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May 7, 2003     Winthrop News
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May 7, 2003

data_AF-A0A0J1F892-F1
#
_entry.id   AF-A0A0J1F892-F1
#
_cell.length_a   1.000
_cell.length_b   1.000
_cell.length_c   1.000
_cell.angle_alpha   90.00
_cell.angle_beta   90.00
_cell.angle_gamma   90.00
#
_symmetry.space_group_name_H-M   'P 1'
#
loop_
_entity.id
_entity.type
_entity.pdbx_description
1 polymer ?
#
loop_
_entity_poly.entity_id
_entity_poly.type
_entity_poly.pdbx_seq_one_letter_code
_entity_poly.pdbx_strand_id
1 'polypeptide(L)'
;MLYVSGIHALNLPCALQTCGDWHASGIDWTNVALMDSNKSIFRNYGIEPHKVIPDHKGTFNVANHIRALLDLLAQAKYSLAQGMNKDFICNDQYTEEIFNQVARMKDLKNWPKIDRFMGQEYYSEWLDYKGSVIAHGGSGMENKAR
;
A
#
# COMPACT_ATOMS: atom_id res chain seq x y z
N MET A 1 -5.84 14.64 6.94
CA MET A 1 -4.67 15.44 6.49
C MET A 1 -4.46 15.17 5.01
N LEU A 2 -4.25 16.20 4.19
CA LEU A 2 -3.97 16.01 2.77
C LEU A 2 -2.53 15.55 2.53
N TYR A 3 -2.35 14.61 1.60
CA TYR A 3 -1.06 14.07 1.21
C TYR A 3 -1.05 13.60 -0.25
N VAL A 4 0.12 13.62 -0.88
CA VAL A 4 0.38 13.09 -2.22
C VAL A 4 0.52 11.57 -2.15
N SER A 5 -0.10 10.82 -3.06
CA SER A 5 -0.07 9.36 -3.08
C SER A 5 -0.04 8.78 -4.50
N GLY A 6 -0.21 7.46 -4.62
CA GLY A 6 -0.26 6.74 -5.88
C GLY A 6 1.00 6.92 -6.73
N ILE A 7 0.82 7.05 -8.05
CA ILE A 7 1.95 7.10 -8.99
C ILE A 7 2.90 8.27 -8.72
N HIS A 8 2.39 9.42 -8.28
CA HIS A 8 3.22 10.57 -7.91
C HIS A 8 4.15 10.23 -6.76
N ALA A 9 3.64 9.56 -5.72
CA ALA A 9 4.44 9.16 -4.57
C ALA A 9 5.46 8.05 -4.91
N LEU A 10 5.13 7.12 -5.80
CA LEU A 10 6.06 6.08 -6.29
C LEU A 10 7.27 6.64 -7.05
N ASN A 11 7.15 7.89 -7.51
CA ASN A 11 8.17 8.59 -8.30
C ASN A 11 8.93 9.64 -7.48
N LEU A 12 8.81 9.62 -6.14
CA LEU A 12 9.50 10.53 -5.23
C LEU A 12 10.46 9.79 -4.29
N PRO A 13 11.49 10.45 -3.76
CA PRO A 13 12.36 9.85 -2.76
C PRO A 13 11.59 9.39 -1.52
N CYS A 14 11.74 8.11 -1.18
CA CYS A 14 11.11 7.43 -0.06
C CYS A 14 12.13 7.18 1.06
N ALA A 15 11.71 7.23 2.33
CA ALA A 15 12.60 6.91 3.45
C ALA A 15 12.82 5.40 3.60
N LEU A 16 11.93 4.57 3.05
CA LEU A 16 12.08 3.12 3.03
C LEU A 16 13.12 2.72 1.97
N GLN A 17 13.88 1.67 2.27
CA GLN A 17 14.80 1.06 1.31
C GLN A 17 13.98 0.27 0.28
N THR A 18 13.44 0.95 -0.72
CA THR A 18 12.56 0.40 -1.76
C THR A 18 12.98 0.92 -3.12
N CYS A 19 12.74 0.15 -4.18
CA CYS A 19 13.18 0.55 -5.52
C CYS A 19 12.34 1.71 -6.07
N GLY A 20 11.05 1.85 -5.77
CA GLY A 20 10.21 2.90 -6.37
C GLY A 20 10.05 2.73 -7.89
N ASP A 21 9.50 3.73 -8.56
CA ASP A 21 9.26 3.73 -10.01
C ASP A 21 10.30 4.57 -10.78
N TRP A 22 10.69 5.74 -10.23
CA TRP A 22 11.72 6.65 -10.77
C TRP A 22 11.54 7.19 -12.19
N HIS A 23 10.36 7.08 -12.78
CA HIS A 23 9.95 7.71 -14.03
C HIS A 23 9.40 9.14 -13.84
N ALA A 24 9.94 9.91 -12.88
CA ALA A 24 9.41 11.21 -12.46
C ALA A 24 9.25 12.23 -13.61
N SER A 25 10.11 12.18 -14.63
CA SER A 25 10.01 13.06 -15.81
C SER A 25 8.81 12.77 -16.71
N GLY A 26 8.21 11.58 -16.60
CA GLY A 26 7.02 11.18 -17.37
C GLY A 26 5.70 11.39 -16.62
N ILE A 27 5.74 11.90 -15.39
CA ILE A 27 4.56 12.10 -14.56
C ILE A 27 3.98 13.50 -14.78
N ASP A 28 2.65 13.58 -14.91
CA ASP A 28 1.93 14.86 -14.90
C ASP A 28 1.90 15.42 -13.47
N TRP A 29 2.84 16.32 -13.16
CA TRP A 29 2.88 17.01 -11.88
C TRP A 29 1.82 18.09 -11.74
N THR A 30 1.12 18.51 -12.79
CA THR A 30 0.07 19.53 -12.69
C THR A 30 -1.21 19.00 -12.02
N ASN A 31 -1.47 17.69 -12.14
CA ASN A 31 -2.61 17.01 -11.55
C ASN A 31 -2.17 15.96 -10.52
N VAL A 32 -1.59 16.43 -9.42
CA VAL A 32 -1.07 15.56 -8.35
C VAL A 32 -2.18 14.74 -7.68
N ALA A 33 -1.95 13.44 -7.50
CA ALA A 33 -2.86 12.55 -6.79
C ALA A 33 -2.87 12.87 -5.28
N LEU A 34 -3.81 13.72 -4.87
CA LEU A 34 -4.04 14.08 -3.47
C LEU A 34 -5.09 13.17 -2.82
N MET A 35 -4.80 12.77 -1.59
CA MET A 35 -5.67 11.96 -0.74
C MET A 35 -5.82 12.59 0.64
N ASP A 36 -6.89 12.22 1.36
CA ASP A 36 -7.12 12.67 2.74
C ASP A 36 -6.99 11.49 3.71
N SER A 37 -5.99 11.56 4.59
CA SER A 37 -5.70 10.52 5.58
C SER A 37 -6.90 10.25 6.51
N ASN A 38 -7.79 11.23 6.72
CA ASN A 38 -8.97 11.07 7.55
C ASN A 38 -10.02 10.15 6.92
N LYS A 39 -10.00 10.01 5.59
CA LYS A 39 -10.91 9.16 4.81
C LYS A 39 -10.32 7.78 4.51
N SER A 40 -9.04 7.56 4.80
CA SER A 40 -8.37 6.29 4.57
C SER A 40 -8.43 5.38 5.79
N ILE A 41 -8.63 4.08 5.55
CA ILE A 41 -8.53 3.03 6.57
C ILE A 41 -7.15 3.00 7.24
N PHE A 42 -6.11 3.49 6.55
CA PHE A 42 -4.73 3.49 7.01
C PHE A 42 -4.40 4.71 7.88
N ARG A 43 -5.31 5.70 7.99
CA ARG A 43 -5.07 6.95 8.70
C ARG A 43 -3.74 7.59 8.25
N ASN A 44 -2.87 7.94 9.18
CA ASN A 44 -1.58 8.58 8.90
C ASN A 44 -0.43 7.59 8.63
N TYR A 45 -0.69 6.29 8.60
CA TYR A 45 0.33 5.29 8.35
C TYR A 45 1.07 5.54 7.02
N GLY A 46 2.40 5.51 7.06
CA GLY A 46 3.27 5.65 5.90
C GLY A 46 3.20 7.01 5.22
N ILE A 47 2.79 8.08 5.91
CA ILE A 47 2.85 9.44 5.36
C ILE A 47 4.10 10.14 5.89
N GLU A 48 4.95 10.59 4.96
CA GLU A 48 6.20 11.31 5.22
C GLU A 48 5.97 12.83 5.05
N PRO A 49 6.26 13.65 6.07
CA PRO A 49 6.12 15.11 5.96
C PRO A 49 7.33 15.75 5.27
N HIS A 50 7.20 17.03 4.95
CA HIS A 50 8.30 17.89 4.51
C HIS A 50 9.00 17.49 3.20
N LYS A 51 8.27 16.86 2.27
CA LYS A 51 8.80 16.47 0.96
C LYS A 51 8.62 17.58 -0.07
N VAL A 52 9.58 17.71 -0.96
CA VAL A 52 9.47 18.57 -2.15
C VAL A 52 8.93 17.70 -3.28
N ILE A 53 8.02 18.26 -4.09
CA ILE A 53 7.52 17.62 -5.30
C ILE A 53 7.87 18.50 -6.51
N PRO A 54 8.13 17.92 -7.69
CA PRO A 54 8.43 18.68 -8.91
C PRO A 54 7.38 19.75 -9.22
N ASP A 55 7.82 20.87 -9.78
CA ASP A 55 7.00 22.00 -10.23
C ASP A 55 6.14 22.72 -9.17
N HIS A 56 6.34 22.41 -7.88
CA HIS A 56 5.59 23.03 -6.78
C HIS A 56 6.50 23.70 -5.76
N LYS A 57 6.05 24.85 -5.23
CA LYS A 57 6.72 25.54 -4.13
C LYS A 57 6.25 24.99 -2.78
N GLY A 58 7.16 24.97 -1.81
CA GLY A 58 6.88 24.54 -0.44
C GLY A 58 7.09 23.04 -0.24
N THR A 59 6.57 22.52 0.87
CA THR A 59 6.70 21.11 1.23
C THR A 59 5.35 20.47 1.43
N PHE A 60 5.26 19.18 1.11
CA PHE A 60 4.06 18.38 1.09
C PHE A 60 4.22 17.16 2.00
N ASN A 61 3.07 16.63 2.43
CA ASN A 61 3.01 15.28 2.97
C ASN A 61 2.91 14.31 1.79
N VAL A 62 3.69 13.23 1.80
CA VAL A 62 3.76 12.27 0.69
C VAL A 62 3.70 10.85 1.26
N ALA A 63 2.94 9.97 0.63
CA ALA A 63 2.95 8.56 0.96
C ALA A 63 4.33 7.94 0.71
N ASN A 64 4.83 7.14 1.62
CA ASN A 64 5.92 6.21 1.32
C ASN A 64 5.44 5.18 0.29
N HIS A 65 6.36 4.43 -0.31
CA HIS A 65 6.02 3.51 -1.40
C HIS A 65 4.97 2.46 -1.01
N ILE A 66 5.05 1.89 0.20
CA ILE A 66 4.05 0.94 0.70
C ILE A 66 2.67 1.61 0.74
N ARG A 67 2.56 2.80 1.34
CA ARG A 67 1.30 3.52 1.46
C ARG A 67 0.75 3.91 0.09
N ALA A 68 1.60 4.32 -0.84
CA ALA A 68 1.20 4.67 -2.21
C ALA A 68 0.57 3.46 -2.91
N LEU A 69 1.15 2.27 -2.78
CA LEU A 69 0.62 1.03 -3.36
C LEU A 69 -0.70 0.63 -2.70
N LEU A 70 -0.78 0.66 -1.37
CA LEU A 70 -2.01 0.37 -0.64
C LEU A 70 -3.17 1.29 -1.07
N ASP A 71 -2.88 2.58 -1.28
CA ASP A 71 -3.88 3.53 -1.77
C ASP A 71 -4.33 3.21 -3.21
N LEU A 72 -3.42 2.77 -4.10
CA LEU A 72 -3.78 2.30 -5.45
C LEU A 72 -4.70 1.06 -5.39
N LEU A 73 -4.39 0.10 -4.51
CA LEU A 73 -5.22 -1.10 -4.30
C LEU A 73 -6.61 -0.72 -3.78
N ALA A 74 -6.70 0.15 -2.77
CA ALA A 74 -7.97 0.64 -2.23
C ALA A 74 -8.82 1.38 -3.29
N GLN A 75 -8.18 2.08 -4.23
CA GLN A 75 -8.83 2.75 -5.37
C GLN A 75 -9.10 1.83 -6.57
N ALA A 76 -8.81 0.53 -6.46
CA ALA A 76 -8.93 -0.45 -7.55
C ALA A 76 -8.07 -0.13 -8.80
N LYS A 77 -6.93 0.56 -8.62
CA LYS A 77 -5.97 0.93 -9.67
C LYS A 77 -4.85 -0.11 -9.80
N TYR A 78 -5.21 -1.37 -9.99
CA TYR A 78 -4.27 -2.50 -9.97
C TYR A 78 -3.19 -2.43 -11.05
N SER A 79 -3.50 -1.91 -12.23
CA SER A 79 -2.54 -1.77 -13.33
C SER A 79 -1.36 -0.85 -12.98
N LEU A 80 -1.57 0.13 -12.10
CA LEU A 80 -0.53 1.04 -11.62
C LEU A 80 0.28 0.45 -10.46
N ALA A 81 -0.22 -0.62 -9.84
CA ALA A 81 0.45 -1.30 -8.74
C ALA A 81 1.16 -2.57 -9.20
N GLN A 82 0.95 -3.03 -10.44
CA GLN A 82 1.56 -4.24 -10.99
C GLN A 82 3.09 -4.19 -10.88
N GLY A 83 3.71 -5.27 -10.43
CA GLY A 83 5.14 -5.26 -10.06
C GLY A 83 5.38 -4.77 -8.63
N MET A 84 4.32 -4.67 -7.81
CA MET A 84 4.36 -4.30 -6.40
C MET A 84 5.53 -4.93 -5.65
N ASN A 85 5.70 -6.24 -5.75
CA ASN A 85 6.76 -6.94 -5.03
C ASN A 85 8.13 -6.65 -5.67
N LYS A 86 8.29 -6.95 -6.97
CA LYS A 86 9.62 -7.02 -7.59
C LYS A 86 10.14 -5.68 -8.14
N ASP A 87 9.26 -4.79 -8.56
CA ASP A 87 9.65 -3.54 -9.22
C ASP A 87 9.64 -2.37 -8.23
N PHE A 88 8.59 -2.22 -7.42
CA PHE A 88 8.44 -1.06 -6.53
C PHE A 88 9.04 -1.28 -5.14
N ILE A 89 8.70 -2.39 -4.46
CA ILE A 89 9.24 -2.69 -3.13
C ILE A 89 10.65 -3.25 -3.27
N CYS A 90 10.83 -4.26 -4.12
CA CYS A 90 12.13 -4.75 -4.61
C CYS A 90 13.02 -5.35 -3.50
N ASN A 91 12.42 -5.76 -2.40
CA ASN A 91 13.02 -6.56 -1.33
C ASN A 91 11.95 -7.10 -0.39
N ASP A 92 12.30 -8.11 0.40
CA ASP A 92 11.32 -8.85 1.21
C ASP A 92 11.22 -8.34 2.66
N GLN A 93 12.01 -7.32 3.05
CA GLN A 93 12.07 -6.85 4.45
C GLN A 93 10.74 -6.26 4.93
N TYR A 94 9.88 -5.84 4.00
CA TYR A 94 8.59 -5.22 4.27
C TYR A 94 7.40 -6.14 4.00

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l Winthrop News Wednesday, May 7, 2003 Page etters to the Editor School Notes Volunteers set great example To the firefighter: prepare food and beverages for the I watched in awe how all of firefighters. Within a hour you had you worked together. 200 firefight- fresh sandwiches, hot barbeques, by Dr. Stephen Malone ers, from 14 different departments, hot out of the oven bars and cook- GFW Superintendent GFW Test Scores Improve all working together like a fine ies, fresh coffee andjuices to name Again ..... The Minnesota Basic tuned machine. No rivalries, but all a few. Wow, it takes me longer than Standards test scores for mathemat- of you working toward a common that to figure out what I'm going to ics and reading were released last mission. The communication was make for supper much less make it week. All 8th grade students take the exemplary, and to top it all off...in the middle basic tests which are required for It takes a special person to go of the night! It was like an assem- high school graduation. GFW's aver- inside of a burning building when bly line. All of you just stepping age mathematics score improved everyone else wants to get away right into place. Martha Stewart from 649 to 655. GFW's average from it. You risk your lives for the doesn't hold a candle to you. reading score improved from 636 to safety of others. What an awesome To the Legion: 643. trait you have. How.do the rest of You didn't hesitate to open The Minnesota Comprehensive us begin to express our apprecia- your doors to provide a place for Assessment (MCA) test scores for tion for what you do...Thank you the firefighters to have a little mathematics and reading were doesn't seem to be enough, reprieve and much needed nourish- recently announced. This test is taken The most amazing part is that ment and the auxiliary a conven- by 3rd and 5th grade students and you volunteer to do this! It is com- lent place to do their part. I'm sure used to verify progress for the new forting to know that you are there cleanup was no treat! Federal No Child Left Behind to help and protect us when we For all of you, just wanted to (NCLB)Act. need you no matter what time or let people know of your unselfish GFW surpassed the national day it is. A very sincere thank you deeds. You set a Great example for standard in both reading and mathe- goes out.to you. us all! Small communities are truly matics. Every GFW 3rd and 5th To the auxiliary: the best places to be. I also watched in awe at how With much appreciation, quickly you all came together to Colleen Dietz grade student exceeded the NCLB standard. All schools in the USA must meet the standards by the year 2014. Activities Conference ..... GFW is reviewing options regarding activi- ties conferences. Information about the activities conference options available to GFW has been compiled and will be distributed to students (grades 7-12) on May 7th. The infor- mation can he obtained at the three school offices. It is also posted on the GFW web site: www.gfw.k 12.mn.us. A public hearing will begin at 8:30 p.m. on May 19th in the high school gym about the activities con- ference options available to GFW. Community members who would like to address the school board about this issue may do so. The school board will make a decision regarding activities conference mem- hership after hearing from the public. Staff Reduction ..... Since GFW enrollment is declining so there is " less revenue available to the school. Since GFW serves fewer students it is important to reduce staff accord- ingly. The enrollment decline enables the reduction of 2.83 staff positions whim maintaining an equivalent cur- riculum array, Since we are expect- ing fewer students this fall the same programs can be provided with fewer staff members. County Public Health will feel impact of budget cuts and cost-shifts Governor Tim Pawlenty's mas- where new under-funded mandates sire proposed reductions in state are created, the new mandates may support for county services will not be provided or will be provided affect each and every department at the expense of other services. in county government. Service lev- Budget reductions proposed by els for giving children immuniza- the governor will mean fewer pub- tions, delivering in-home health lic health workers will be available care visits for the elderly, and pre- to be mobilized to immunize the venting youth chemical abuse, population in the event of a disease could be dramatically changed if outbreak. It means less frequent the Legislature enacts the reduc- inspections of restaurants to ensure tions and new fees proposed by the that food is safe. It also means governor, longer waiting times for WIC clin- Protecting the health of the ics, prenatal services, and health public is a fundamental responsi- care at community clinics and pub- bility of both state and county gov- lic hospitals. The elderly and dis- ernment. Public health efforts abled will have fewer community focus on keeping all county resi- alternatives such as home-deliv- dents safe by preventing diseases, ered meals, home health care, and protecting against environmental other in-home support services, r ce Told Tales Compiled by Lynda New baseball the Tomahawk organization with name of proposed 75 years lels the M.&St. L.R.R. from Norwood to Redwood Falls. 75 YEARS AGO role of Lord Fancourt Babberly, a May 10, 1928 friend in need, made good use of the If present plans materialize a opportunity offered by the part for new baseball organization will soon interpreting the many humorous situ- grace the diamond in these parts for ations in the play "Charley's Aunt." the 1928 season. Under the plans as The play was given by the seniors at outlined at a meeting of baseball the school auditorium. enthusiasts held at Gaylord, eight Again this year, two people have towns have been proposed in the been selected to head the Hi-Lites' schedule including Arlington, staff. They are the new co-editors, Brownton, Gibbon, Green Isle, Loren Maimer and Melva Miller. Fairfax, Gaylord, Henderson and The bids on the new school addi- Winthrop. The name chosen for the tion for the Winthrop Community new organization is "The Tomahawk School will be opened on next League," adopting the name of the Wednesday evening at 7 o'clock p.m. famed Tomahawk trail which paral- To date there have been 22 contrac- tor's who have called for plans on the Brian Wieland and Amie Berdan successfully caught a man attempting to break-in at the Farmers Cooperative in Lafayette. Berdan said the burglar alarm system was set off as attempts were being made to enter through one of the East doors at the Coop. The system was activated at approximately 12:45 a.m. Berdan parked his car in such a way making it impossible for the burglar to get away by car. Funeral services for Leslie L. Backer, who had attained the age of 77 years, were held at First Lutheran Church in Winthrop. Jan Herman Bents, 55, died at his health hazards,,and assuring access making it more likely that they ']Vlr, Ev, a Ostro i, r of to health care serviCes. COunty would enter nursing homes, It . 0 t ha' h6te of public ealth departments also pre- means more uncompensated chari- her experiences in the mission field vent individual health problems ty care in public hospitals for peo- of North Africa. and protect citizens through pub- pie without health insurance, Winthrop offers no apology to licly funded health care programs which means that their care will be the music world. The honors won that serve the elderly, disabled, paid for by local tax dollars or will taking second place by the Winthrop children and pregnant women, not be provided at all. Failing to Choral Group at the meeting of Third The governor's budget would invest in proven prevention strate- District Federation of Women's reduce funding for public health by gies, like immunizations or tobac- Clubs proves Well this assertation. $23 million per year and reduce co use prevention programs, means The choral group comprised of Mrs. funding for health care services by that we will pay more in the future Scott Carrigan, Mrs. Jack as much as $75 million per year, in for health care and public safety. Lamberton, Mrs. Victor Munsll, addition to the $6 million already The governor's proposed budg- unalioted for 2003. Reductions this et will have a direct effect on the Miss Agnes Lilyquist, Mrs. Laura large mean that there will be less public's overall safety and well- Thorson, Mrs. Jordan Mikes, Miss protection against disease out- being. Services that are vital to our Hilda Rigneli, Miss Lydia E. Noreen breaks (such as tuberculosis,communities, like public safety and Mrs. O.H. Hoveland. Bundlies Grocery advertised 2 meningitis or smallpox), moreresponse times, will he compro- women will not receive prenatal mised. Both large and small coun- ib.,2oz, glass jar of peanut butter for care, more elderly will not receive ties will have the additional chal- 49 cents;Oval can of mustard or care in their own homes, and more lenge of meeting new security tomato sardines for 12 cents; and 3 Minnesotans will go without health demands posed by the increasing Ibs. good rice for 21 cents. insurance, number of methamphetamine labsThe many Winthrop friends of "Counties are not using scare and other new sophisticated drug Mr. Alfred E Bothman, formerly of tactics to influence the public," labs. At a time when the goal of this city, will regret to learn of the sad said Jim Mulder, Executive public safety is to reach out into and untimely death of his wife. Last Director of the Association of our communities to prevent crime Thursday in the early morn, the grim Minnesota Counties (AMC). "The and protect the public's health, reaper of life appeared in our midst fact is that many county health and crime prevention and community and claimed the life of Mrs. Alf. E safety services will be inevitably health services may be the first Bothmann, age 36, one of our most impacted by the governor's pro- areas affected by the governor's kind and loving mothers. She had posed budget cuts and citizens will proposed budget reductions and been in apparently good health until a feel the impact in one way ornew fees. week previous when a severe case of another." For more information on theblood poisoning set in from a pin The governor proposes to pro- budget challenges facing your prick. Rumors were heard that she tect property taxpayers by impos- local public health department, could not live, and from all who ing levy limits on Counties while at please contact Sibley County knew her and loved her so well, went the same time reducing state fund- Public Health Department (507) up the silent prayer: "Not here. O mg support, raising fees and 237-4035. death, not here, Is there no other increasing local costs. Counties Submitted by, fiower for thee to take? All the world will have few options for continu- Mavis Pautz is thine, and for its sake Oh, come not ing to provide services that are not Director here." But alas, "Death loves a shin- mandated by state law. In instances ing mark"-and so it came, spreading a dark gloom over the whole corn- The First Amendment of the U.S. Constitution ..... munity. Congress shall make no law respecting an establishment of religion, or 50 YEARS AGO prohibiting the free exercise thereof; or abridging the freedom of speech, May 7, 1953 or of the press, or the dght of the people peaceably to assemble, and to Dick Hinquist who played the petition the government for a redress of grievances. I IIII I I I IIIIIIIIIIIIIII I II I I general contract, 11 on the plumbing and heating and three on the electri- cal. A new ordinance, No. 68, received its final reading at the city council meeting. It pertains to the vending of natural gas and sets forth the rules governing the conduct of such business in the city. The Minnesota Valley Natural Gas Company has been granted exclusive rights in the city for a period of twen- ty years. Two of the members of the Winthrop Faculty have resigned this year and all of the remaining mem- bers have indicated that they will return. Lowell Johnson has decided that farming is more lucrative occu- pation than school teaching so next year he will be a tiller of the soil. Miss Ruth Heine who has been teaching one of the fourth grades has decided to seek greener pastures and has signed a contract to teach at Albert Lea next year. Mrs. Carl Holmgren passed away at her home at Raymond Saturday morning Mrs. Holmgren is survived by 13 children. The marriage of Miss Julia Wuthrich, daughter of Mr. and Mrs. James Wuthrich of Elgin, Illinois, to James Messner, son of Mr. and Mrs. Walter Messner of Winthrop. 25 YEARSAGO May 4, 1978 Winthrop Cub Scout Pack 13 received a tree, compliments of Conklin and Sons Nursery. The tree was planted" in the City Park for Arbor Day. Jim Perry, one of baseball's immortal pitchers will speak at the Churchmen's dinner'at First Lutheran Church Sunday night at 7 p.m. The men have invited the churchwomen to join them for this final event of the year. home near Stewart. Services were held at St. Matthew's Lutheran Church in Round Grove township. 5 YEARS AGO May 6, 1998 Norville Stuber appeared before the Winthrop City Council request- ing to hook his sump pump directly to the storm Sewer. The Council passed the item by a 3-1 vote with Alderman Pete Machaiek objecting. Hooking into the storm sewer would require excavating part of the street in that area. City Administrator Sam Shult said that this particular street has been scheduled to be repaired. A petition to annex the develop- ment area that would include a bed and breakfast and six lots was approved by the Winthrop City Council. Naomi Fan" appeared before the Council to discuss the proposed development and possible annexa- tion to the city. Bookkeepers Sheri Martin and Marian Wendinger were given salary increases of 8.1 percent over the next two years. The salaries which were $25,369 last year were raised to $27,450 this school year andS27,450 the second year of the contract. With benefits included, the package will cost the district $34,660 and $34,780 respectively the next two years, an increase of 9.6 percent. The board also agreed to extend the contract for the technology coor- dinator, Ron Swanherg, who has been on a five-year-leave of absence. He will return full-time next fall and will receive a salary of $44,500 with 10 percent of his contract purchased by Riverhend Education District. Dorothy M. Stevens, age 72, of Stillwater, formerly of Winthrop and New UIm, died Thursday,April 30, 1998 at the Greeley Health Care Center in Stiilwater. so HAROLD SAYS, "! GUl~SS YOU WANT TO DO THI~ MOTHE-R'S DAY BUFIFI~T AGAIN THIS ~AdR" --AND ! SAY mm,l, ar ryscar tooes, com 22 Z3 Z7 39 18 26 CLUES ACROSS CLUES DOWN 1. Small drink of liquor 4. Hard-rinded inedible fruit 9. Purposes 13. Compass pt. 14. Male ballet performer 15. Wrath 16. Radioactivity units 17. Snicker 18. Musical interval 20. Arab market 22. A way to become lost 25. Sloth 27. British thermal unit 28. A very large body of water 29. Turn away 32. Clamors 35. Give advice, explain 39. Guns 40. Waterproof fabric 41. Chinese Moslem 42. Islands 44. Pay attention to 1. Inner layer of the skin 2. A nucleic acid 3. Yellow-fever mosquitoes 4. Pistol, slang ~. Small integers City in S. Argentina 7. Smell to heaven 8. Scheduled to arrive 10. Located 11. Before 12. Indian red, for one 19. Explosive 21. Playing card 23. A hard nonresilient rubber 24. Veggies 25. Serves 26. Within hearing 29. Austria 30. Horse membrane 31. Being a single unit or thing of group or category 33. Former CIA 45. Sink fixture 34. Having a grainy texture 47. Overly 36. Supplement with difficulty 49. Prototypes 37. A tool for cutting male (exter" 51. Mythological Titan nal) screw threads 54. Nurse-patient relationship 38. Conclusive in a process or 56. Swiss river gression 58. Seaport in Cameroon 43. Cradlesong 60. Fire 46. Flower petals 62. Returned material authoriza- 48. An awkward stupid person tion, abbr. 49. Volcanic craters 63. Saturday 50. Elastance unit 64. Includes Ewe and Fen lan- 52. Accepted practice guages 53. Athletic shoes 65. Free from danger 54. Sousaphone 66. John Howard __, actor 55. Kin group 67. The dried leaves of the hemp 57. Doctors' group plant 58. Dip lightly into water 59. Fed 61. Ed Murrow's home If you have a complaint about a story we wrote, we'd like know. Please call the editor. If we can't resolve differences, call the Minnesota News Ceuncil, an inde nonprofit agency that promotes media fairness. tO 1 Minnesota News Council 2 South Sixth Street, Suite 1122 Minneapolis, MN 55402 612-341-9357 ews 110 North Carver, Box L, Winthrop, MN 55396 Phone: 507-647-5357 , Fax: 507-647-5358 Office Hours: 8:30 to 5, Monday, Tuesday, Thursday & Friday Open Wednesdays, 8 a,m. to noon POSTMASTER: Send address changes to: Winthrop News, P.O. Box L, Winthrop, MN 55396 Douglas W. Hanson and Deborah L. Hanson, Publishers Michael Mattison, Editor Dawn Fritz ............................................... Bookkeeping and Advertising Douglas Hanson ............................................................ ; ..... Advertising Michael Mattison ............................................... Reporter/Photographer Lynda Sabo ........................................... WritedComposition/Production Heidl deRuyter .......................................................... Walter/Advertising Ruth Klossner .............................................................................. Writer USPS 687-320 SUBSCRIPTION RATES (Yearly): In Minnesota ...................... $29 Out-of-State ....................... $34 Foreign .............................. $49 Single Copy ....................... 75 Published every Wednesday. in Winthrop, Sibley County, Minnesota. Periodical postage paid in Winthrop, Minnesota. The Winthrop News indudes a common sup~ement, the Golaen Galaxy, published w~W, ly, Deadline for W'mthrop News advertising: 9 a,m. Momiays. Deadline for Golden Galaxy advertising: 5 p.m. Fridays, Deadline for all news copy: 9 a.m. Mondays, Statue logo reprinted with permission of the artist George BessetL M tgne ota Newspaper Association Awards Reco " excellence in the field of ioumalis , q, ~ ~ 1993 2rid Excellence in Sports Winthrop News--An awar, "~t" 2002 1St Sports Photography Reporting winning paper for over 2(: ! 8~'1 2001 1st Typography & Design 1992 2nd Best Local News Story years 2001 1st Best Social Issue Feature 1992 2nd AdvedJsing Excellence 2001 2rid Sports Reporting . 1991 1st Photo Story 1987 1st Photo Story 1999 2nd Best Social Issues Feature1990 1st Best Sports Feature Story1987 2nd Best Local News Story 1998 2rid Sports Reporting 1990 2nd Best Sports Feature Story1986 1st Best Social Issues Feature 1997 ls~, Sports Reporting 1990 2nd General Excellence 1986 2nd Excellence in General 1997 2nd Best Advertisement 1989 1st Sports Reporting 1986 2nd Best Use of Photography 1996 1st General Reporting 1989 1st -Best Local News Story 1984 1st Advertising Excellence 1995 1St Advertising Exceitence 1989 2nd News Photography 1984 2rid Best Local News Story 995 2nd Best Social Issues Feature1988 1st Advertising Excellence 1982 1st Advertising Excellence 1995 2nd Sports Photography 1988 2nd Portrait & Personality Photo 1982 2nd Editorial Page as a Whole 1994 1st Best Local News Story 1987 1st General Excellence 1981 2rid Advertising Excellence 1994 1st Sports Photography 1987 1st Editorial Page as a Whole C